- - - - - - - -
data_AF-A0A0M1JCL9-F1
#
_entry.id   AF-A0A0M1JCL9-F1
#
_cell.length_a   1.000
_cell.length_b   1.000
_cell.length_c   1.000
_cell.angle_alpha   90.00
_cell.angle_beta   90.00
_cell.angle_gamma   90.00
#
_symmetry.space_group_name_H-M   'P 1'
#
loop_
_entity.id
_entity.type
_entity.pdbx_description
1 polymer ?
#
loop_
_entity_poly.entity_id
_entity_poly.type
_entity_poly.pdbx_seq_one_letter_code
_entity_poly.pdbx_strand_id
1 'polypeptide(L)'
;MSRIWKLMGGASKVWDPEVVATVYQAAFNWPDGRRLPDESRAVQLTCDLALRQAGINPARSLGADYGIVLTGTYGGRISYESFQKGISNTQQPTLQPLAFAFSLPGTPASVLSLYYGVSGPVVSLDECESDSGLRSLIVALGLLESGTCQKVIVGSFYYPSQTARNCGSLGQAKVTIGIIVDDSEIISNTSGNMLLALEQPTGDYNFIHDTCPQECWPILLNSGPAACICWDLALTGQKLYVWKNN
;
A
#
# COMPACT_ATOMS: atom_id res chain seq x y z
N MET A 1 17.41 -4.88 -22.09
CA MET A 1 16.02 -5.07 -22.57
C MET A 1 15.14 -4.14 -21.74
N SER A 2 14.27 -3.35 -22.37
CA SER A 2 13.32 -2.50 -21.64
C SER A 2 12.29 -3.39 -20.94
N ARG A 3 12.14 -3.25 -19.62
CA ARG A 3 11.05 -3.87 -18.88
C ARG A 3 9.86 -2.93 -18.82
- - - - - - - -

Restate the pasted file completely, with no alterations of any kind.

data_AF-A0A0M1JCL9-F1
#
_entry.id   AF-A0A0M1JCL9-F1
#
_cell.length_a   1.000
_cell.length_b   1.000
_cell.length_c   1.000
_cell.angle_alpha   90.00
_cell.angle_beta   90.00
_cell.angle_gamma   90.00
#
_symmetry.space_group_name_H-M   'P 1'
#
loop_
_entity.id
_entity.type
_entity.pdbx_description
1 polymer ?
#
loop_
_entity_poly.entity_id
_entity_poly.type
_entity_poly.pdbx_seq_one_letter_code
_entity_poly.pdbx_strand_id
1 'polypeptide(L)'
;MSRIWKLMGGASKVWDPEVVATVYQAAFNWPDGRRLPDESRAVQLTCDLALRQAGINPARSLGADYGIVLTGTYGGRISYESFQKGISNTQQPTLQPLAFAFSLPGTPASVLSLYYGVSGPVVSLDECESDSGLRSLIVALGLLESGTCQKVIVGSFYYPSQTARNCGSLGQAKVTIGIIVDDSEIISNTSGNMLLALEQPTGDYNFIHDTCPQECWPILLNSGPAACICWDLALTGQKLYVWKNN
;
A
#
# COMPACT_ATOMS: atom_id res chain seq x y z
N MET A 1 17.41 -4.88 -22.09
CA MET A 1 16.02 -5.07 -22.57
C MET A 1 15.14 -4.14 -21.74
N SER A 2 14.27 -3.35 -22.37
CA SER A 2 13.32 -2.50 -21.64
C SER A 2 12.29 -3.39 -20.94
N ARG A 3 12.14 -3.25 -19.62
CA ARG A 3 11.05 -3.87 -18.88
C ARG A 3 9.86 -2.93 -18.82